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The (Non-)Local Density of States of Electronic Excitations in Organic Semiconductors

Poelking, Carl Roderich

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Abstract

The rational design of organic semiconductors for optoelectronic devices relies on a detailed understanding of how their molecular and morphological structure condition the energetics and dynamics of charged and excitonic states. Investigating the role of molecular architecture, conformation, orientation and packing, this work reveals mechanisms that shape the spatially resolved densities of states in organic, small-molecular and polymeric heterostructures and mesophases. The underlying computational framework combines multiscale simulations of the material morphology at atomistic and coarse-grained resolution with a long-range-polarized embedding technique to resolve the electronic structure of the molecular solid. We show that long-range electrostatic interactions tie the energetics of microscopic states to the mesoscopic structure, with a qualitative and quantitative impact on charge-carrier level profiles across organic interfaces. The computational approach provides quantitative access to the charge-density-dependent open-circuit voltage of planar heterojunctions. The derived and experimentally verified relationships between molecular orientation, architecture, level profiles and open-circuit voltage rationalize the acceptor-donor-acceptor pattern for donor materials in high-performing solar cells. Proposing a pathway for barrier-less dissociation of charge transfer states, we highlight how mesoscale fields generate charge splitting and detrapping forces in systems with finite interface roughness. The associated design rules reflect the dominant role played by lowest-energy configurations at the interface.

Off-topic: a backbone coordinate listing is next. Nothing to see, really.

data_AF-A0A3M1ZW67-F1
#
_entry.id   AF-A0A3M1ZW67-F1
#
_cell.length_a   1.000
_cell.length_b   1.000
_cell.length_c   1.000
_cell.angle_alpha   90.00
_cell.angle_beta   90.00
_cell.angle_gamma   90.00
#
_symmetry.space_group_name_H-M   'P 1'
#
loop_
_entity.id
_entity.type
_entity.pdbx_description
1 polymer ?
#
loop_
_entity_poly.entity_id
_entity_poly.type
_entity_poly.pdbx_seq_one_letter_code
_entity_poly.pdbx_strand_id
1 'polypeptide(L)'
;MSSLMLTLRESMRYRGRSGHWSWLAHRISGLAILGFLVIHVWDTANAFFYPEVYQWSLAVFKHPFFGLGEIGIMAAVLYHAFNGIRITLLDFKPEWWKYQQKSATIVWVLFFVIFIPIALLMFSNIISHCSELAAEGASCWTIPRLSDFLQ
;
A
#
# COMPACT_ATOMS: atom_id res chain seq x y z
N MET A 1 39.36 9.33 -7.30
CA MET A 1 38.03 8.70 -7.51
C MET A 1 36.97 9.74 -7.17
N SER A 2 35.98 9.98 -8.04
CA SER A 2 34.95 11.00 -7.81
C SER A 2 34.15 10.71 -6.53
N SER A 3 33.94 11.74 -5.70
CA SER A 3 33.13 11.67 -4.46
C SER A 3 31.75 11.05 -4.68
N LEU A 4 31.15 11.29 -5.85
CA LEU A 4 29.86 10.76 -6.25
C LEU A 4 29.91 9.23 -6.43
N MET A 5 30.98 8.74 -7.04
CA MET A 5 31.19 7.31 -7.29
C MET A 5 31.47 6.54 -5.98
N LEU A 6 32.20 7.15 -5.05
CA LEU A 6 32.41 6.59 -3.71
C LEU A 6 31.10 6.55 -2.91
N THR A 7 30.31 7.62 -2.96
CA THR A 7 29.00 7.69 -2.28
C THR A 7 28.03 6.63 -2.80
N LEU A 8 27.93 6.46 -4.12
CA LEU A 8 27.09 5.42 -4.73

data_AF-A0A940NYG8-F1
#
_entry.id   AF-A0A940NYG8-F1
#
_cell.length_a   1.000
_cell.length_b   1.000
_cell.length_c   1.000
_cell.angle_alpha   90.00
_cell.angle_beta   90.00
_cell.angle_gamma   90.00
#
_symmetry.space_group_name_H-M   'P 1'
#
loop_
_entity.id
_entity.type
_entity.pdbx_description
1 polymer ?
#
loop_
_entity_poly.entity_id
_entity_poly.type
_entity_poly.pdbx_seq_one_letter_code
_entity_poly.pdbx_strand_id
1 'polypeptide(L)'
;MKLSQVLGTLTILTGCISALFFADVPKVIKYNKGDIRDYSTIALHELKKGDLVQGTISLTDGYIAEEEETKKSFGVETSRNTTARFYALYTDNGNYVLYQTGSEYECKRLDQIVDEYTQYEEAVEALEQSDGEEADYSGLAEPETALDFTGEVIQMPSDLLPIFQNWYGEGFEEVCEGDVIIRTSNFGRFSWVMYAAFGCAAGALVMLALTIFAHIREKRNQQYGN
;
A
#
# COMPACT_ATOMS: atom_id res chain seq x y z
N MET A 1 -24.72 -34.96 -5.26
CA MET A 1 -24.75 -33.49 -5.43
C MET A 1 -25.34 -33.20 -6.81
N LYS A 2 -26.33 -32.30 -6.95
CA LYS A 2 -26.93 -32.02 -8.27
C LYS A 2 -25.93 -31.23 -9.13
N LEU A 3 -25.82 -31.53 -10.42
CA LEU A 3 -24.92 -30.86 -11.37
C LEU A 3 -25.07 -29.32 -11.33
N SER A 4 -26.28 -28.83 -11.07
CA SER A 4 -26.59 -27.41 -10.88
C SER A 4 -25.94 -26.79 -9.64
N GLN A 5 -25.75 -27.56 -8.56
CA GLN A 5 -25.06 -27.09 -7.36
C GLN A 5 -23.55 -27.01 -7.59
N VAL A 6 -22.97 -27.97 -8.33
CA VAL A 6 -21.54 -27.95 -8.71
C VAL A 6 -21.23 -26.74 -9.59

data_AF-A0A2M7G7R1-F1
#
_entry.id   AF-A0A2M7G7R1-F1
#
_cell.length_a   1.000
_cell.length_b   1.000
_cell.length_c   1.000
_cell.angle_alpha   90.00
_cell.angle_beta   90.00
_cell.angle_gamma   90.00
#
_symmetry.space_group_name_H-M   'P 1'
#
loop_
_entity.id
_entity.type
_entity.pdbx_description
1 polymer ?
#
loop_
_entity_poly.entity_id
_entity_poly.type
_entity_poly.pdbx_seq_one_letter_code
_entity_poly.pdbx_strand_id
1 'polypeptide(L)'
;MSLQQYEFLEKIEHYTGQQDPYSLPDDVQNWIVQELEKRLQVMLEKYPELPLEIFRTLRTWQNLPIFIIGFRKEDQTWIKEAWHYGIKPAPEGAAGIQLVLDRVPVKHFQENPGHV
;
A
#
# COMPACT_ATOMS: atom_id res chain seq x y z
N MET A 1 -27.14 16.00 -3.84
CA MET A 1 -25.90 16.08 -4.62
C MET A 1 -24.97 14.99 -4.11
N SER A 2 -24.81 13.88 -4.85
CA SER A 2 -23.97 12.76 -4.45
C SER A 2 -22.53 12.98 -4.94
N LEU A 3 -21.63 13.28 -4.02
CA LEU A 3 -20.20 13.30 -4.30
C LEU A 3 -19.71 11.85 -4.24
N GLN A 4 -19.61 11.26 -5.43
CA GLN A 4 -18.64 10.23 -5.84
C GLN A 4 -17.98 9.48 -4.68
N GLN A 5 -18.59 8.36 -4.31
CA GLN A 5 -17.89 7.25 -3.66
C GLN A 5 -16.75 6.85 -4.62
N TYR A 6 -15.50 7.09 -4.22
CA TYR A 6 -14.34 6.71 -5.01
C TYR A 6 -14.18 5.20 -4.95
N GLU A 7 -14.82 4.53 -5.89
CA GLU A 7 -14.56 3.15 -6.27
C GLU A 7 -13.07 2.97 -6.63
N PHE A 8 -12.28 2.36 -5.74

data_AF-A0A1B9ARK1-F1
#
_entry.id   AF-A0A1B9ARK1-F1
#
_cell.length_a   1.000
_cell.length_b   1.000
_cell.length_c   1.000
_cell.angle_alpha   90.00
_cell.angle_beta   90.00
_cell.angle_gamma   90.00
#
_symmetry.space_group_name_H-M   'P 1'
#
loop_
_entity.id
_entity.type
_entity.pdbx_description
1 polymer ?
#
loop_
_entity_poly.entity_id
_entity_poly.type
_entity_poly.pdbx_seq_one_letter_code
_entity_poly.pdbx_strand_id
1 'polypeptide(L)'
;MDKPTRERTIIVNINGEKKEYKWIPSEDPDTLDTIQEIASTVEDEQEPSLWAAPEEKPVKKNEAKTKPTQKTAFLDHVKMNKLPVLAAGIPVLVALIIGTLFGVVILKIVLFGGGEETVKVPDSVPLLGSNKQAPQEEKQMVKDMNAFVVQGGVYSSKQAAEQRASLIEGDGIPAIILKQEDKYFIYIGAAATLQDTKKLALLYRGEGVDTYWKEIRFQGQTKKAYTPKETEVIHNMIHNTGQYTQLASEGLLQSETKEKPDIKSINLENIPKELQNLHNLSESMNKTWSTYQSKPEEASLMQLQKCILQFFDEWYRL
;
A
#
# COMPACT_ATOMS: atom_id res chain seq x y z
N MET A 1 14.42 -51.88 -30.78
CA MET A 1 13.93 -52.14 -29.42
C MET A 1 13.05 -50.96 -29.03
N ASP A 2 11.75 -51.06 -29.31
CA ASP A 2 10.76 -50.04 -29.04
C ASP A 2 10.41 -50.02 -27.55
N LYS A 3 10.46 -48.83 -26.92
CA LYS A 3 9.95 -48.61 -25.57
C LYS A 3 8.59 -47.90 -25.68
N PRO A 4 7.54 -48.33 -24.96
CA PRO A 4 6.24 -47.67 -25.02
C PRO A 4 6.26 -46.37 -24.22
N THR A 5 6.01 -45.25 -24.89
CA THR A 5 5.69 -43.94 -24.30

Item Type: Dissertation
Supervisor: Kremer, Prof. Dr. Kurt
Place of Publication: Heidelberg, Germany
Date of thesis defense: 9 December 2015
Date Deposited: 21 Dec 2015 06:58
Date: 2015
Faculties / Institutes: The Faculty of Physics and Astronomy > Dekanat der Fakultät für Physik und Astronomie
Subjects: 004 Data processing Computer science
500 Natural sciences and mathematics
530 Physics
540 Chemistry and allied sciences
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